The use of metatags in marketing, i.e. invisible keywords hidden in the code on websites which influence results on internet search engines, have been discussed in Sweden for many years. The most controversial aspect regarding metatags concerns the use of a competitor's trademark. The common view has been that such marketing may breach the Swedish Market Practices Act (MPA) under certain conditions. However, until recently Swedish case law has been scarce on this practice, especially from a marketing law point of view.

In Case No. MD 2015:22 the Swedish Market Court assessed, among other things, whether usage of a competitor's trademark and certain statements by means of metatags constituted misleading marketing under the MPA.

The challenged practice related to a company's marketing of contact lenses in which the company inter alia used a competitor's trademark in metatags. The metatags also included the text "The optician is selling this lens under its own brand" and "The trademark [name of the trademark] is registered by [the name of the competitor]." In the case it was not disputed that the company did not sell the competitor's lenses.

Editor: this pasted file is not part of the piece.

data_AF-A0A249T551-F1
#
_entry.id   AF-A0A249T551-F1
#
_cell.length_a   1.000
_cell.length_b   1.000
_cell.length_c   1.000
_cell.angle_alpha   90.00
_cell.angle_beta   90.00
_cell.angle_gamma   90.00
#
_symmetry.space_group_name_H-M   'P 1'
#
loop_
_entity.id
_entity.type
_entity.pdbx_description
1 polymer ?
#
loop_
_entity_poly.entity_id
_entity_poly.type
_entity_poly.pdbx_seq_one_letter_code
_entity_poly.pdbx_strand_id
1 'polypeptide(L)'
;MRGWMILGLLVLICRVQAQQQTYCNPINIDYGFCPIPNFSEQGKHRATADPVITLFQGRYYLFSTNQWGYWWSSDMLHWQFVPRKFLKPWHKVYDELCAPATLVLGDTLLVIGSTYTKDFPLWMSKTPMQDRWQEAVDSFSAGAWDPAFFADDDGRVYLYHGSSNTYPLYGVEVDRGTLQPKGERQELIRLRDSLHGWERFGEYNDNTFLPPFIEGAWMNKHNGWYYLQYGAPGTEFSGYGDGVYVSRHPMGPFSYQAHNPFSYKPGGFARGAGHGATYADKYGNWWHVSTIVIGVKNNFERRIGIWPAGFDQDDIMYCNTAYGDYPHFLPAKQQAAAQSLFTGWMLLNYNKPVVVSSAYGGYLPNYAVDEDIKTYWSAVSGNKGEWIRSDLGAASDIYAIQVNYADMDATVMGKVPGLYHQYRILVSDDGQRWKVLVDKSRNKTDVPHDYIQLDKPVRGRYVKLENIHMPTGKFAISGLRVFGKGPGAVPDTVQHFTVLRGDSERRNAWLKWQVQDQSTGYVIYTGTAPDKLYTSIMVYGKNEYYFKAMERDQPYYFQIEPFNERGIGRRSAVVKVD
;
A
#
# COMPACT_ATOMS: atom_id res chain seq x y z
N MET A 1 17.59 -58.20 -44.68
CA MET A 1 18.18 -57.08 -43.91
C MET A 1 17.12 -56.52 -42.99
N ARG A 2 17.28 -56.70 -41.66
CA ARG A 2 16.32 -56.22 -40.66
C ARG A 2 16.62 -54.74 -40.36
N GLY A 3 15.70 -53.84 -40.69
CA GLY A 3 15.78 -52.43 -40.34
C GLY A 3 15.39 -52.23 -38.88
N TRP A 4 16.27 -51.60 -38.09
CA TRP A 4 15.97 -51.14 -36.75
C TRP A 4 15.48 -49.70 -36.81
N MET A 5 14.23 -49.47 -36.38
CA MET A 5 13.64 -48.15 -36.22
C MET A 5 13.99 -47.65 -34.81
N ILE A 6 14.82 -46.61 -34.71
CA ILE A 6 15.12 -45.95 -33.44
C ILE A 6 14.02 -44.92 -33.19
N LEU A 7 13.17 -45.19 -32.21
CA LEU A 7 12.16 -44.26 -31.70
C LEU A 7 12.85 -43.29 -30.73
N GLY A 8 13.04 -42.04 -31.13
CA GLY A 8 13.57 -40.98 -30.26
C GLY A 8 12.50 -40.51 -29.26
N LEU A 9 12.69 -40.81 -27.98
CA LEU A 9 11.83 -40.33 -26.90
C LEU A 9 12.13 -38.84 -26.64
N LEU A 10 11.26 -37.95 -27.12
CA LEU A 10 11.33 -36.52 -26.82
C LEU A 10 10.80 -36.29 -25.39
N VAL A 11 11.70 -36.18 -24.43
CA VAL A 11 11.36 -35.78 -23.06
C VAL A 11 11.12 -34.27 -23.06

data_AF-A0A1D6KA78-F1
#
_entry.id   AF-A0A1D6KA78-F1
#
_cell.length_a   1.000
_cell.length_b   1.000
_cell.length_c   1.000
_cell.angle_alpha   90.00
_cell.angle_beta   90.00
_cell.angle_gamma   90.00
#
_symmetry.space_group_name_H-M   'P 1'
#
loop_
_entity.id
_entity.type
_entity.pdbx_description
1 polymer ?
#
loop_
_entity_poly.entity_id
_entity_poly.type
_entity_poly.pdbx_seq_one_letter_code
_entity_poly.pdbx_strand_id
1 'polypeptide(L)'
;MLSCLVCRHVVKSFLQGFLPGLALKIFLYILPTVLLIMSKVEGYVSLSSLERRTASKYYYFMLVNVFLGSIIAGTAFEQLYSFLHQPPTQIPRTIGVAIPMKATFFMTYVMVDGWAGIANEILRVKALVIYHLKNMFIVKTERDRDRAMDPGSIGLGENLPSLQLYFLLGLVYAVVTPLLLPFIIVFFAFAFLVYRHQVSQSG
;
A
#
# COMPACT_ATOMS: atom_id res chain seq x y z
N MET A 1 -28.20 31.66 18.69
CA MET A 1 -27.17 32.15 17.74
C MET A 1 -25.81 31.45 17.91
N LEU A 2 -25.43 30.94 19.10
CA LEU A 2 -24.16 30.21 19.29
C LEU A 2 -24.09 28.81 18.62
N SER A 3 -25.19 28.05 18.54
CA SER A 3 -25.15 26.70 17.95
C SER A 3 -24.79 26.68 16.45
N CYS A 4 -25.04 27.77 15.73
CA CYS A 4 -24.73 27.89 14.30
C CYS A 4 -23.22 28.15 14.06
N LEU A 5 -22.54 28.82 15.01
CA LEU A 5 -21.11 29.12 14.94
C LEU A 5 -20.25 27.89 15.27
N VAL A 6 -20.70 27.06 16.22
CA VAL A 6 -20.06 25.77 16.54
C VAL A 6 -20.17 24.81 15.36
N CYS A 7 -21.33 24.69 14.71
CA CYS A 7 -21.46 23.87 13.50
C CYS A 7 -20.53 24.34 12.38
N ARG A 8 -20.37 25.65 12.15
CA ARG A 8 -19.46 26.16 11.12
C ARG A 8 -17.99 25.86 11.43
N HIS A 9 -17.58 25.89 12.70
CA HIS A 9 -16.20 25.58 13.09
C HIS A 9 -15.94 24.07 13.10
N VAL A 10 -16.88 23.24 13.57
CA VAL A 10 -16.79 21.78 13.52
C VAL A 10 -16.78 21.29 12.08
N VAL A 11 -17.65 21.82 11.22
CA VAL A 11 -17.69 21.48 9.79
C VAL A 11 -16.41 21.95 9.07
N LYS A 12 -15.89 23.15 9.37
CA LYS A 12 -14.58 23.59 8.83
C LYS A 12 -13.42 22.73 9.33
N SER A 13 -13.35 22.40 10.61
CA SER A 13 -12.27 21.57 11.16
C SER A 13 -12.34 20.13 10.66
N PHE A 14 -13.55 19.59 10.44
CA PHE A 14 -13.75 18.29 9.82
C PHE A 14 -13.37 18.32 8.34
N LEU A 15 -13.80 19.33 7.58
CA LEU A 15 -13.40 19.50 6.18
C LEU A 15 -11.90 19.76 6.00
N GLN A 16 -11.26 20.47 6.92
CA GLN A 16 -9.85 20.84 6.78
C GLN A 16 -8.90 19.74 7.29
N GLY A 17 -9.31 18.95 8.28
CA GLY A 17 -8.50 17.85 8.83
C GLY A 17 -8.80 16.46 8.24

The court initially found that a search for the competitor's lenses on the search engine resulted in the company's website as the second highest search result. Accordingly, the use of the competitor's trademark was of great relevance for the products. The court continued by considering that the meaning of the messages "The optician is selling this lens under its own brand" and "The trademark [name of the trademark] is registered by [the name of the competitor]" were unclear. Taking into account how the marketing was presented, the court held that it must be regarded as likely that the marketing was perceived by the average consumer as a claim that the company sold the competitor's product on its website. However, since the company had confirmed that it was not selling the competitor's products, the court ruled that the marketing had not been substantiated and was consequently misleading according to the MPA.

In light of the court's findings the company was ordered to cease using the challenged claims subject to a conditional fine.

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